ATV Insurance: What Does It Cover and How Much Is It?
ATV Insurance: What Does It Cover and How Much Is It?
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Insurance for your all-terrain vehicle (ATV) works a lot like motorcycle insurance and protects you financially if you are in a crash. It costs about $88 per year for liability coverage and $327 per year for full coverage.
While ATV insurance is not required by law in most states, you'll likely need to buy a policy if you want to ride your vehicle on public trails. Some states also require you to buy insurance in order to ride on anyone's property that isn't your own.
How much does ATV insurance cost?
ATV insurance costs about $88 per year for liability-only coverage.
Meanwhile, full coverage costs an average of $327 per year.
Like motorcycle insurance, ATV insurance is much more expensive if you include comprehensive and collision coverage, which pay to repair or replace your ATV if it's damaged or stolen.
All annual quotes are for a 30-year-old man living in Green Bay, Wisconsin, who rides a 2021 Honda FourTrax Rubicon.
ATV insurance is usually slightly cheaper than motorcycle insurance, even though ATVs are covered under motorcycle insurance policies.
People generally spend less time and drive fewer miles on ATVs than motorcycles, resulting in fewer accidents and claims. ATVs also typically can't travel as fast as most motorcycles, and they are usually used on rural trails where there aren't many other vehicles around.
To get the best ATV or UTV insurance rate, you should always compare quotes from at least three insurers. ATV insurance companies evaluate the risk of riders and vehicles differently, so depending on your location and driving history, you may receive a much better rate with one insurer than another.
ATV insurance discounts
ATV insurance has discounts available for some policyholders, similar to insurance for motorcycles and other vehicles.
Most carriers offer lower quotes for ATV insurance if you have more than one ATV or motorcycle, have multiple insurance policies (such as homeowners or renters insurance) or have an anti-theft device installed on your ATV.
Common ATV insurance discounts and ways to save
- Bundle your ATV insurance with other policies, like home or auto
- Insure multiple ATVs or motorcycles
- Have an anti-theft device installed on your ATV
- Avoid accidents and claims
- Have good credit
- Join a professional or motorcycle association
- Take an ATV safety course
What does ATV insurance cover?
Most insurance companies cover ATVs under their motorcycle insurance policies. That means the coverages you can choose are the same, too, including things like liability insurance, coverage for medical bills and comprehensive/collision coverage.
Is there a minimum ATV insurance requirement?
Even though ATV insurance isn't usually required by law, your ATV insurance policy will likely need to meet your state's motorcycle insurance requirements. All ATV insurance policies will include liability protection. Uninsured motorist coverage and medical payments coverage may be required too, depending on your state.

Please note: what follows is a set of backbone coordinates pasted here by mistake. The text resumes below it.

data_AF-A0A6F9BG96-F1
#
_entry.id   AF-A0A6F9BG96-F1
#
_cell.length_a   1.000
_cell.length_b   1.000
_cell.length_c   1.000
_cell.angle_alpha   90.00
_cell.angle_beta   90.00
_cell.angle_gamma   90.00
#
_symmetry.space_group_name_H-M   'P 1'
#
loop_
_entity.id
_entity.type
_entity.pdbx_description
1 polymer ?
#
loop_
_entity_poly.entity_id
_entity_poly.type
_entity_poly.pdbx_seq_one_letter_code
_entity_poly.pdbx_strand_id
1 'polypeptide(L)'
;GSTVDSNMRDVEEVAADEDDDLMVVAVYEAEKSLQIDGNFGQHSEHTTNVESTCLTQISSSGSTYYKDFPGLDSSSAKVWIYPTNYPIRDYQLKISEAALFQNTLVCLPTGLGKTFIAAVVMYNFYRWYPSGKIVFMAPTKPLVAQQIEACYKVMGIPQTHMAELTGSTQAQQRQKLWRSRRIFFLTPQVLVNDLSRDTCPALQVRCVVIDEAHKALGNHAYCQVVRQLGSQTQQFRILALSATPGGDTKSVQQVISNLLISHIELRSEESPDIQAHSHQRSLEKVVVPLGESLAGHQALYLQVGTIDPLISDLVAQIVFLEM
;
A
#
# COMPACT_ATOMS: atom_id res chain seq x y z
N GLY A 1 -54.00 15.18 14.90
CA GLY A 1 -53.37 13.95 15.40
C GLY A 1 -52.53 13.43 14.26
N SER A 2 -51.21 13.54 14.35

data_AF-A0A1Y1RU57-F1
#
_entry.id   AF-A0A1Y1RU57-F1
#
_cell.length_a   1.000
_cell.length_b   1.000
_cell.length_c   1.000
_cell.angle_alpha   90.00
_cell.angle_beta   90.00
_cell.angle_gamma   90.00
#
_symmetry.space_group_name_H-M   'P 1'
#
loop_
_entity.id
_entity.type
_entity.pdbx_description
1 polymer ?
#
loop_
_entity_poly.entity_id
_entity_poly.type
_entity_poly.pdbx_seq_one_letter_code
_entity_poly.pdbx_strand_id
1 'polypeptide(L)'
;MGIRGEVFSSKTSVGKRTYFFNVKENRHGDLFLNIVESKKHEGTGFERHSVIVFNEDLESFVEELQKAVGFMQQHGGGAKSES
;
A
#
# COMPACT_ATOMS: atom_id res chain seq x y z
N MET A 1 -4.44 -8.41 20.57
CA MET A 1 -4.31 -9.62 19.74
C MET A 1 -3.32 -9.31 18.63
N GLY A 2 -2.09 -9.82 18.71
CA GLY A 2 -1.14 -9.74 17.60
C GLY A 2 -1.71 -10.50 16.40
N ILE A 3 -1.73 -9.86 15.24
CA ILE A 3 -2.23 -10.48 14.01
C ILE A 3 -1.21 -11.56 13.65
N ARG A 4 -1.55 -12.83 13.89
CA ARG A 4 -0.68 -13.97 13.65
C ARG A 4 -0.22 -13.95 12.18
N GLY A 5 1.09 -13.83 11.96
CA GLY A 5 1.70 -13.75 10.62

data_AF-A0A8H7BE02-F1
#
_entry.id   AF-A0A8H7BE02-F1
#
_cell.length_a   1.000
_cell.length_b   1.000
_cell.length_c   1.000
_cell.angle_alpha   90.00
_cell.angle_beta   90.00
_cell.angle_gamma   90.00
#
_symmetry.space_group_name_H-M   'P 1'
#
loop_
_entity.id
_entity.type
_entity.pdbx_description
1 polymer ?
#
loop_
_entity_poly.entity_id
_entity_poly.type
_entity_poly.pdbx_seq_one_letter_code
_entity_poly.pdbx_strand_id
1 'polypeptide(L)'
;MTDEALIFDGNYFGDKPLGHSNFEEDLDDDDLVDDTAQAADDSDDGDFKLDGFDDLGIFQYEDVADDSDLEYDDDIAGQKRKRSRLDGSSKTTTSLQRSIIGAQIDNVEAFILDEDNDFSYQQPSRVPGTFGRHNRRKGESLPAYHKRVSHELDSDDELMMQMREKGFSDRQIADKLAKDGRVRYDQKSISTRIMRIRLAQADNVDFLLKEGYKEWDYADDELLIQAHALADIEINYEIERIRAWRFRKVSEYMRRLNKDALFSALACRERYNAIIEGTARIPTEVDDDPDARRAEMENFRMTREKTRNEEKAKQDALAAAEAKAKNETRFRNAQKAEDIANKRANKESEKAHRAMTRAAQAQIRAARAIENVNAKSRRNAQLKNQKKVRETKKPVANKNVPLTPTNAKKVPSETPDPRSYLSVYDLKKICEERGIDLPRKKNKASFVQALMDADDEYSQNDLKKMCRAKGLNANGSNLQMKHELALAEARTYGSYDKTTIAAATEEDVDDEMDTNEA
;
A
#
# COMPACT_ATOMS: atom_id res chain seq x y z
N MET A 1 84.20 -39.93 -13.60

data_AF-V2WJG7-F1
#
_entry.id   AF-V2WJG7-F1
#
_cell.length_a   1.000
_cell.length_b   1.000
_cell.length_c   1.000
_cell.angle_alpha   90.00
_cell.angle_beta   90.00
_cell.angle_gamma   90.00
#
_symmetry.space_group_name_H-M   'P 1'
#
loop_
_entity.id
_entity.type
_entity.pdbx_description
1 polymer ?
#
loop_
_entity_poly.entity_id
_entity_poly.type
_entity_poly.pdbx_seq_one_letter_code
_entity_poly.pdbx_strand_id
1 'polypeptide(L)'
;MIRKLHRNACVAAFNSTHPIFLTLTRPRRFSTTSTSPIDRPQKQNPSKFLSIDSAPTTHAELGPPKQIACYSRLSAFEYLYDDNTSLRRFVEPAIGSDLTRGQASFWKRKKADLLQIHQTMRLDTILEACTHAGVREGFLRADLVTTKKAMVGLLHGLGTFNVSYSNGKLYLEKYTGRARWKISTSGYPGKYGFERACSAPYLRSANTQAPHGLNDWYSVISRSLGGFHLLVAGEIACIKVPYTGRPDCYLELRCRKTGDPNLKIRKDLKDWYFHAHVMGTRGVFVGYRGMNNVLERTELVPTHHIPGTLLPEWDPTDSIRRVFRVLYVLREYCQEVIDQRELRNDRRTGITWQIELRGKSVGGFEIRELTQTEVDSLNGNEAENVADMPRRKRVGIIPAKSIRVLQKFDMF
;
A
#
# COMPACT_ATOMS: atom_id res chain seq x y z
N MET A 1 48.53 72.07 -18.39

Bodily injury liability (required): This coverage pays if someone besides you or your passenger is injured or killed in an accident associated with your ATV (whether you're driving or not). The limits of bodily injury liability are typically an amount per person and a total amount per accident, regardless of the number of people involved. For example, a $50,000/$100,000 policy will pay up to $50,000 toward each person's injuries and a total of $100,000 for an incident overall.
Property damage liability (required): Similar to bodily injury liability, this coverage pays for any damage an ATV driver causes to another person's property — including their belongings, as well as their home or yard. Property damage just has a single limit per incident: If your limit is $25,000, your policy will pay out up to that amount, regardless of how many people are involved.
Medical payments coverage/personal injury protection (optional in most states): Medical payments coverage pays for any medical expenses incurred by those riding your ATV. It will cover things like surgeries, X-rays, hospital stays and even transportation via ambulance. "No-fault" states require car drivers to carry personal injury protection (PIP) coverage on their policies. But PIP is often not required for motorcycles or ATVs because it is expensive.
Uninsured/underinsured motorist (requirements vary): In the event you or someone riding your ATV is injured by someone who doesn't have insurance, or doesn't have enough to cover your expenses, this coverage will make up the difference. Ideally, if someone else is at fault for your injury or damage, their insurance would cover the costs they are responsible for. Some states require one or both of these coverages, but not all.
Uninsured/underinsured coverage for ATV insurance also has claim limits. Like bodily injury liability, uninsured and underinsured motorist coverage has limits per individual and per accident.
Collision (optional): This coverage pays to repair damage to your ATV caused by a collision with another vehicle or if it overturns. Policyholders choose a deductible — the amount they pay before their insurer begins to cover costs — and the insurance company will cover up to the value of the ATV.
To keep rates low, the owner of an ATV with a low value might choose to forgo this coverage. You may want to determine how much your ATV is worth before adding collision to a policy. Collision coverage is often required of owners who financed the purchase of their ATV or are leasing it.
Comprehensive (optional): Comprehensive coverage pays for damage not caused by a collision with another vehicle. It also covers the loss of the ATV due to theft, vandalism, flooding, earthquake, fire and other causes. Like collision, comprehensive coverage has a deductible. For example, if someone steals your ATV, you could file a comprehensive claim and your insurer would pay up to the cash value to replace it, minus the deductible.